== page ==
Closure of AMSA Landfill a Waste to Energy Project

Waste to Energy, Guatemala

The Waste to Energy Plant was started in 2015 with final completion by January 2018. This project will effectively close the AMSA landfill site which has been in operation since 1997 and has supplied the disposal needs of 4 municipalities in the Lake Amatitlan region.

The consumption of waste as a renewable resource for energy is becoming an increasingly attractive option for local and national governments worldwide. Waste to Energy (WtE) will support the 100% diversion from landfill of large volumes of non inert municipal solid waste (MSW), Tires and Medical Waste. Guatemala with the operation of this Waste to Energy plant will successfully close the AMSA landfill which occupied approximately 7 hectares and had reached its capacity.

The plant will produce an estimated 71 MW of electricity


The benefit of closure will be to the environment of the surrounding area as it will restore a “green corridor” connecting two portions of the United Nations National Park since, the land is unfit to inhabit or build conventional infrastructure given the intrinsic hazard.

The pyrolysis system used as the basis of the plant will expand in a scheduled modular fashion by the addition of a further 72 TPD pyrolysis modules as additional input fuels materialize. The plant will produce an estimated 71 MW of electricity on the basis of 986 TPD of input waste MSW, tires and medical waste.

Project Highlights

LOCATION: Guatemala
MUNICIPALITIES INVOLVED: Villa Nueva, Amatitlan, Villa Canales and San Miguel Petapa
DATE COMMISSIONED: 2015 (construction phase 24 months)
FEEDSTOCK: MSW, Tires and Medical Waste
OWNER: Simpson Guatemala
NET INPUT FUEL: 500 TPD of MSW, 162 TPD of tires and 24 TPD of medical waste

Tons/Day Waste Capacity

Megawatts Capacity

Months of construction

Availability of the Waste

Current estimates of the daily amount of municipal solid waste received in AMSA is between 600 &1000 metric tons per day. This figure is expected to grow by ten percent per annum for the foreseeable future and there is a considerable amount of municipal and industrial solid waste that is being made available from the neighboring communities.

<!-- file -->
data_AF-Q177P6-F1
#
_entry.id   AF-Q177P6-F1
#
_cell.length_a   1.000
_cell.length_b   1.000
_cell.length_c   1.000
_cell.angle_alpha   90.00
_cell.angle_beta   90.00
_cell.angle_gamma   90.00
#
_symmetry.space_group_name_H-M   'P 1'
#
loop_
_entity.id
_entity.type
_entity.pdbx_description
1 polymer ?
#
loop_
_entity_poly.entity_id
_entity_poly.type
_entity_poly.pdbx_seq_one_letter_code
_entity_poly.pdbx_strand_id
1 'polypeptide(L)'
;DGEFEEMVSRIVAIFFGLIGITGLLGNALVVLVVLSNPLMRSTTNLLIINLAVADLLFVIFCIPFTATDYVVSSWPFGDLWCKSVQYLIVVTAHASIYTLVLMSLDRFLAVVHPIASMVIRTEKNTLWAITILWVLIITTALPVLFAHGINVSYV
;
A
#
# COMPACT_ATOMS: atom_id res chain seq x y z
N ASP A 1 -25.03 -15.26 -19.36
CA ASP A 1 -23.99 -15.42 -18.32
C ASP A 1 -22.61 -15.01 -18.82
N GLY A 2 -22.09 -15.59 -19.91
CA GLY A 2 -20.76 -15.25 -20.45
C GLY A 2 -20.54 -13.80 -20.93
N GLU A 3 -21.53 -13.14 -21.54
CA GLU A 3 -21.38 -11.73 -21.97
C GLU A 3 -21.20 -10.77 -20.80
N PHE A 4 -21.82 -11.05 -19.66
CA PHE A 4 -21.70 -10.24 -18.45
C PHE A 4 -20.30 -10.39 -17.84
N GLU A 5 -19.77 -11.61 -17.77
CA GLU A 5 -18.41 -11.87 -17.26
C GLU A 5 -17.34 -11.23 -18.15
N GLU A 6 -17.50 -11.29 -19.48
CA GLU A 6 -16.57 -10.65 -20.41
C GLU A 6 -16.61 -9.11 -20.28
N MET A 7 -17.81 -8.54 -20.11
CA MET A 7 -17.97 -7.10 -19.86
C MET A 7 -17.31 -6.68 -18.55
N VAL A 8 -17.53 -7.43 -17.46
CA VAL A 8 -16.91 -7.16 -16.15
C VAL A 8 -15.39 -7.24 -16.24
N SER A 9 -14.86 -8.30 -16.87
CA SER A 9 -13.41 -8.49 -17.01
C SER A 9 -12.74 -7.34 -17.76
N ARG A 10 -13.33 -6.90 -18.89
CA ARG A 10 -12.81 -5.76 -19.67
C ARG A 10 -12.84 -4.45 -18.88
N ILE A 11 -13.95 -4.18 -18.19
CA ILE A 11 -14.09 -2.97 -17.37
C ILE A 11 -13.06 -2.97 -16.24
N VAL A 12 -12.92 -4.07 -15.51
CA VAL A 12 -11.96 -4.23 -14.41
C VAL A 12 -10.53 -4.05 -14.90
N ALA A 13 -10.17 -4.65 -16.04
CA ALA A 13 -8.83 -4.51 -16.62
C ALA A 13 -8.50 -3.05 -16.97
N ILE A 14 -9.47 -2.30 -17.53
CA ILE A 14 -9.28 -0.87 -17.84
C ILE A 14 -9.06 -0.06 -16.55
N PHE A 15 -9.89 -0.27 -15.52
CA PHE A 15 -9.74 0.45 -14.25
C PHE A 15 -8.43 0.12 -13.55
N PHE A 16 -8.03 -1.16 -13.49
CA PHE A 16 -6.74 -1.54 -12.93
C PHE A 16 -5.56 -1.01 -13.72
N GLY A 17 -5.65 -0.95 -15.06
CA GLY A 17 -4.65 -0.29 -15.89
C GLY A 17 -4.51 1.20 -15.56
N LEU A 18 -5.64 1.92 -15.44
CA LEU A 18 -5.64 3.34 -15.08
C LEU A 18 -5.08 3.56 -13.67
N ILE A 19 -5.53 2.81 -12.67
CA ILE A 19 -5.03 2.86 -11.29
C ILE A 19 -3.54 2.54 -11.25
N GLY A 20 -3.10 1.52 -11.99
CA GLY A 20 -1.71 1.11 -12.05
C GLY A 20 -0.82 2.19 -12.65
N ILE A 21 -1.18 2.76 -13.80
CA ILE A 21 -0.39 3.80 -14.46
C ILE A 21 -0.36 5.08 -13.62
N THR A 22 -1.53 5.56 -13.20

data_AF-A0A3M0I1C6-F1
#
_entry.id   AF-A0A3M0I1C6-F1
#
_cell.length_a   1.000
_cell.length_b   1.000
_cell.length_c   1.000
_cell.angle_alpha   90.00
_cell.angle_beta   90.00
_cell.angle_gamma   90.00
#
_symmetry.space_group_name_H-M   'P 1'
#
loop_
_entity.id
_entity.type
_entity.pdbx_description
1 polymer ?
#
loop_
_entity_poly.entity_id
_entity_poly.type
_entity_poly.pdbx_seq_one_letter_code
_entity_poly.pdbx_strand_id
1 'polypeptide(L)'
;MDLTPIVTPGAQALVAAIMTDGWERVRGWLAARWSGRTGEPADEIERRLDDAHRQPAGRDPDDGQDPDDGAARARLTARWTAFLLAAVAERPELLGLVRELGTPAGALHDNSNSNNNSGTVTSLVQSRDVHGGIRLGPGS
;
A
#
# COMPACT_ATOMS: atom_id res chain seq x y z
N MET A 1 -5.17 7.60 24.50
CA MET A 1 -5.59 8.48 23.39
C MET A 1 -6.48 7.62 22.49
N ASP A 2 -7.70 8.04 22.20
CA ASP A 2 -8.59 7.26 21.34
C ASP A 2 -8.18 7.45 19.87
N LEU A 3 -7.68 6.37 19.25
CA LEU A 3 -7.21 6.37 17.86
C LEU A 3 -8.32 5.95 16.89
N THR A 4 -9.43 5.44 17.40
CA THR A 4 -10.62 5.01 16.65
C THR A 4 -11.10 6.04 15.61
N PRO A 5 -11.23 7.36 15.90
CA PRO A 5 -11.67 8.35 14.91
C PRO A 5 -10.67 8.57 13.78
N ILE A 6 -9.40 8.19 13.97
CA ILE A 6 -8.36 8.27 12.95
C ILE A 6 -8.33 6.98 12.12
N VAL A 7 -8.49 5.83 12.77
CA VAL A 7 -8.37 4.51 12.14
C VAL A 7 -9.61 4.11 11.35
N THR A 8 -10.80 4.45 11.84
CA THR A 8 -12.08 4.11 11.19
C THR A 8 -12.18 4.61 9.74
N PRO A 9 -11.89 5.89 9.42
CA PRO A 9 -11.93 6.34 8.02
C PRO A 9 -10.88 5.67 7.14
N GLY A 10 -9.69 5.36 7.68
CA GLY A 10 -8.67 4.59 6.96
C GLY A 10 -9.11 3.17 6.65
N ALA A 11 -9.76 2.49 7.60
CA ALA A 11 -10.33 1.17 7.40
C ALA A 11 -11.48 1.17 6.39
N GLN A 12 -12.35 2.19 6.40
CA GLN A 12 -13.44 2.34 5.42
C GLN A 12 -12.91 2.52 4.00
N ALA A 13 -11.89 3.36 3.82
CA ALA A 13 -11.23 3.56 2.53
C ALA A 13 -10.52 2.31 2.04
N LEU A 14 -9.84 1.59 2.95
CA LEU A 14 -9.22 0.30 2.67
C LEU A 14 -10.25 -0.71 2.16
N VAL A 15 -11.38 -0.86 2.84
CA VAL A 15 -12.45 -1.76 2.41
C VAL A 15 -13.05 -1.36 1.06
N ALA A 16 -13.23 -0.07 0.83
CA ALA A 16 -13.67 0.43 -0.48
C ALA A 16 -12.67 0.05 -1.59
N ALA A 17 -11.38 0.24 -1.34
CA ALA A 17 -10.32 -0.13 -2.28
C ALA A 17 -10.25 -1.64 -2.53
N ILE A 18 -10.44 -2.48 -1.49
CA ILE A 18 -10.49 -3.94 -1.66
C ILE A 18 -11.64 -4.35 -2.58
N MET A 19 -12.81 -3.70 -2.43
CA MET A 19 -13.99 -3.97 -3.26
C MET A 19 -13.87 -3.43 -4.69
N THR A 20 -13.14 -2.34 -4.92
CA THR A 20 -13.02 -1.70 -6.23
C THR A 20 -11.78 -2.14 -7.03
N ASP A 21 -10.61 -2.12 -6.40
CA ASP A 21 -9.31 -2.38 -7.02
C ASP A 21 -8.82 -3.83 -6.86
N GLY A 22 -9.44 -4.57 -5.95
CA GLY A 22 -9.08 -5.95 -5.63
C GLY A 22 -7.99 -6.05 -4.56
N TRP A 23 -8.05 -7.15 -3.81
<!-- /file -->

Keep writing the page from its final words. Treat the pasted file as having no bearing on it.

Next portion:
The pre-treatment needed for MSW & Tires is essentially to receive, store, shred, compress and deliver the two streams for the gasification system. Receiving and storage will be done indoors to provide protection from the elements, reduce odours, site contamination, and pest control. The pyrolysis system will supply gas and liquid fuel to the combined cycle gas turbines to generate electrical power. The plant provides baseload power running 24/7 on a stable and sustainable fuel.

“Green” Benefits

The high diversion efficiency of the ARTI system implies significant “green” benefits in terms of GHG emissions. The total conversion of the products into electricity avoids the potential production of methane in landfills. The company will be positioned as a premium energy source of choice due to the “Green” nature of a system that simultaneously converts 100% of our waste streams into usable power or usable energy without any process emissions.

Corporate Social Responsibility

The closure of the landfill changed the onsite need for staff. Simpson Energua’s hiring plan targeted the most vulnerable group of workers. The groups affected are, the scavengers or “guajeros”, roughly 140 people, who manually sort the trash as well as drivers, operators and office staff, about 70 more people, who work in the administrative area of AMSA. Within the project’s environmental and social safeguards, the Company has provided sustained training to re-settle this group occupationally and integrate them into new job of separating wastes in a more hygienic and modernized way. Current planning projects a need for 174 people to fully staff the AMSA WTE plant operations.

The Pyrolysis Technology

ARTI has taken this known and well used process and refined it using the latest technologies so that it can be used at almost any scale to convert fuels with latent energy back into their original constituents so that a usable energy can be produced from the process. They have also made the process continuous and efficient for a variety of input fuel types. The output of the system is all in the form of usable products. The main output is syngas that can be converted to energy along with liquid fuels and carbon.